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Duda Deportiva

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Duda Deportiva, latiendaderegalostóxicos

▲ (L-R) Barbie, Warren 大師兄 , Dylan , Chema, Zac 大麻
Photo(s) by Duda Deportiva - © 2008-2014

GigGuide: You’ve got the makings of a supergroup here. How did that happen?
Chema: Well, everything happened very naturally... Zac and Warren helped me with the recording of the first single tracking the drums, and Dylan did the mix. So, they were involved practically from the beginning.

Last March, when my brother came to visit the island, we decided to play as our former band, latiendaderegalostóxicos, so we asked Zac and Warren to help us. That night we had a great time, and talked about (how we should) keep on playing together. When we were thinking about a guitarist, Dylan was the first name on the table. The first day of rehearsal he came along with Barbie, and we became a quintet.


You’re self-described as “Hispanic-Taiwanese pop.” Can you explain a little more what the important elements of your music are? How would you introduce your music to the uninitiated?
Plain pop, as a fun and hedonist genre without great pretensions, but with a lot of potential at the same time. We are not trying to write music history here or invent the next big thing. Just trying to write beautiful songs with beautiful melodies. That is tough enough already... Regarding the Hispanic-Taiwanese label... seems fair as we sing in Spanish, but the 80% of the band is Taiwanese hahaha.


I know you have spent years crafting your songs here in Taipei. Are you a perfectionist? What is your creative process? What satisfies you most as a musician?
Hahaha I would say that my illness has more to do with the inability to finish things up. From that point of view, seeing how one of my songs is finally complete is one of my biggest pleasures. I have no special creative process... Probably the same as every other musician. Usually I play around with some chords and, when I hear something I like, I try to work with it.


You’ve DJ’d at Underworld for 4 years. What are your feelings on the bar and that whole situation?
It's a really messed up situation, with a lot of angles... I think it's a socio-political issue due to the lack of laws and respect, washed down with a lot of bad blood. But it's also a generational matter. It's sad to say, but somehow we let it happen...

When I started DJ'ing four years ago, the place was packed on weekends, but even on weekdays you could come and meet a lot of friends. During the last two years, customers began to fall and people started to leave right after the gigs. I think that we were very passive about this situation and they caught us off guard and unarmed...
For this creepy neighborhood gang was as easy as shooting a dying dog in the head.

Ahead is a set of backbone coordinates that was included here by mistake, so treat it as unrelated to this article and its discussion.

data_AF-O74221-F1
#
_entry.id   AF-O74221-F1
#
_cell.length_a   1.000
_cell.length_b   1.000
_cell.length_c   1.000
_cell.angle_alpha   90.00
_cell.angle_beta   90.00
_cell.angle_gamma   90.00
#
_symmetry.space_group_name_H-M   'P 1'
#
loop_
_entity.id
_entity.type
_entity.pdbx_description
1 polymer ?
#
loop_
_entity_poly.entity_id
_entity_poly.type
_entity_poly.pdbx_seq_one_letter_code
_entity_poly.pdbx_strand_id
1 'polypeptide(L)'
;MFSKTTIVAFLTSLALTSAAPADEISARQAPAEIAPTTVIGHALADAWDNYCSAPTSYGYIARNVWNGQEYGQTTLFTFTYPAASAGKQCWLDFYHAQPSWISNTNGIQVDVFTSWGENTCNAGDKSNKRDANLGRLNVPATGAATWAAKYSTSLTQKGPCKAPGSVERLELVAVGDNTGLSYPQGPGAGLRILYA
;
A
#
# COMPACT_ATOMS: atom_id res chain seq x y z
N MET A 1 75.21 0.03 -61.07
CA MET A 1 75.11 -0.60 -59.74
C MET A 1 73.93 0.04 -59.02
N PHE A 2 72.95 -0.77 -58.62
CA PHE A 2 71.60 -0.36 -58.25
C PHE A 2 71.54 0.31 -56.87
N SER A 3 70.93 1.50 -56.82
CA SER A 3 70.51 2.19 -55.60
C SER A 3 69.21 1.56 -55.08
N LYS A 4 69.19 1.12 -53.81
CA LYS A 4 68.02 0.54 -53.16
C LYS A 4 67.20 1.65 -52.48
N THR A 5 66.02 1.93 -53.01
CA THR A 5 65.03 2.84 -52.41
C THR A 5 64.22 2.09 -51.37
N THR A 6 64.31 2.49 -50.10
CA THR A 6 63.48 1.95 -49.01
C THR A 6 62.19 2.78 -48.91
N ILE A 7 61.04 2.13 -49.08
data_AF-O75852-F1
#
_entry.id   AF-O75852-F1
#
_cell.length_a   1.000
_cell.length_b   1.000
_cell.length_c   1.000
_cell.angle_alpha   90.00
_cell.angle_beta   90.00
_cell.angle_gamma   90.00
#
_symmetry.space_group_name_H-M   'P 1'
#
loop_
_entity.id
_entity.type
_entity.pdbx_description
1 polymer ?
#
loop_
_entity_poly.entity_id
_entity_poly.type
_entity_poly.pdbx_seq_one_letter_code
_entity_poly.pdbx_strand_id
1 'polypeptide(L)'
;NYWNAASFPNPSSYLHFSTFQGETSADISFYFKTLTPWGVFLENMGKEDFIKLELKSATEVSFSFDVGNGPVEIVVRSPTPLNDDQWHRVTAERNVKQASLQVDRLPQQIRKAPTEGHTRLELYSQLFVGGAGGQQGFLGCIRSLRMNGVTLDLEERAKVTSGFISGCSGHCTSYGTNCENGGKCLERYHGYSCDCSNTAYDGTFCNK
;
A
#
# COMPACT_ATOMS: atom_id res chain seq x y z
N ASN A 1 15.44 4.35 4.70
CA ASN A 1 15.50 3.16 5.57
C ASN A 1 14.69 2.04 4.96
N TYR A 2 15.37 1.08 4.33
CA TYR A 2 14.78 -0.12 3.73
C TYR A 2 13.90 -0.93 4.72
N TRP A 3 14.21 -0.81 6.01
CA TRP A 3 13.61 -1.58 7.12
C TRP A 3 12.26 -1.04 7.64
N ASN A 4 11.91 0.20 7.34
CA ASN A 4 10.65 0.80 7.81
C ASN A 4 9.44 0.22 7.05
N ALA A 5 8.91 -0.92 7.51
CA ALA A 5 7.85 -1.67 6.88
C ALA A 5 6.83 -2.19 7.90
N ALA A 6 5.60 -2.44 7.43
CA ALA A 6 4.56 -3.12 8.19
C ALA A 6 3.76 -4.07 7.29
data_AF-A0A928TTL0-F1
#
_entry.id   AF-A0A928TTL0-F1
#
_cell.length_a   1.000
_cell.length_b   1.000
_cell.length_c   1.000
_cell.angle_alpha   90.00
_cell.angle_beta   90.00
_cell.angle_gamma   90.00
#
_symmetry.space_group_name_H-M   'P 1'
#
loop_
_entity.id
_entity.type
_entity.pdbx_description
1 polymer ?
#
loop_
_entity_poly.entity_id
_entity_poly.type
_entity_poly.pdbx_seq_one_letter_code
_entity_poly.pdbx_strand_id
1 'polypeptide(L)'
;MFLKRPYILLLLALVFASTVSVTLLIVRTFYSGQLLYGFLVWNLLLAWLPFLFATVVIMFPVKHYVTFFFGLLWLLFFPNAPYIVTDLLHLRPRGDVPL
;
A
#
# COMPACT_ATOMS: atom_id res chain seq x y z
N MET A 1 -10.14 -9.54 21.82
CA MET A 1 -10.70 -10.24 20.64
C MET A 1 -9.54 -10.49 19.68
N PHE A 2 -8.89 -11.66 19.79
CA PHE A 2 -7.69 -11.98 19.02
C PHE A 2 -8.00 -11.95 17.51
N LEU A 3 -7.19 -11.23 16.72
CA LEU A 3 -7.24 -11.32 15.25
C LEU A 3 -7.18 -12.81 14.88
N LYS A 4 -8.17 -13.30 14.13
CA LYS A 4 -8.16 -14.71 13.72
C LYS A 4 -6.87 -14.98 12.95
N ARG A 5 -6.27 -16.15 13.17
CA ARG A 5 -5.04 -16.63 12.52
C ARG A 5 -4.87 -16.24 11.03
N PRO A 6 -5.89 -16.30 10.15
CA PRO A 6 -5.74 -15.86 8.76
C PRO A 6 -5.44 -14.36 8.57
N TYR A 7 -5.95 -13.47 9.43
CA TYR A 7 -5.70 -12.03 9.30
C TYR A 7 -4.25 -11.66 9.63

How do you compare the music scene back home with Taiwan?
The Taiwanese scene reminds me a lot to the Spanish scene back in the 90s, with a great number of young folks making music with a lot of passion, but too focus in just a few styles. Always looking back to the American and British scenes.

In Spain, during those days, even the use of English -misuse in most of the cases- became a hallmark for the indie scene, resulting in a very bored scene full of replicas. Very few bands used Spanish, precisely those that have left a bigger legacy: Surfin' Bichos, Los Planetas, El Niño Gusano...

Don't get me wrong, I don't think the use of English is just bad. Probably is the perfect language for rock. But the truth is, as more indie bands started to sing back in Spanish, the scene got much more interesting. Now you can find bands in Spain doing very different stuff, each one with its own personality. Some of them, such as El Guincho, succeeding abroad “despite” singing in Spanish.

Then there's a few very specific Taiwanese issues. The size of the island doesn't allow the bands to do long tours, there's not many small venues for new bands, and the military service is still a band killer.


Why the name Duda Deportiva?
It refers to that moment in the life of every Spanish child when he has to choose a football club to follow. A decision you make when you're not even able to tie your shoes yet, but it will stick with you for the rest of your life. You can change your political party, even your wife, but never your club.


Barcelona or Real Madrid?
Barça, of course. I want those white vikings to lose even in training.

See more:
Duda Deportiva on Facebook
latiendaderegalostóxicos on Facebook

Floaty is an artist, musician, DJ, and writer. He claims music has saved his soul a bazillion times over. He's pretty bad at math, but in this case, it sounds about right.


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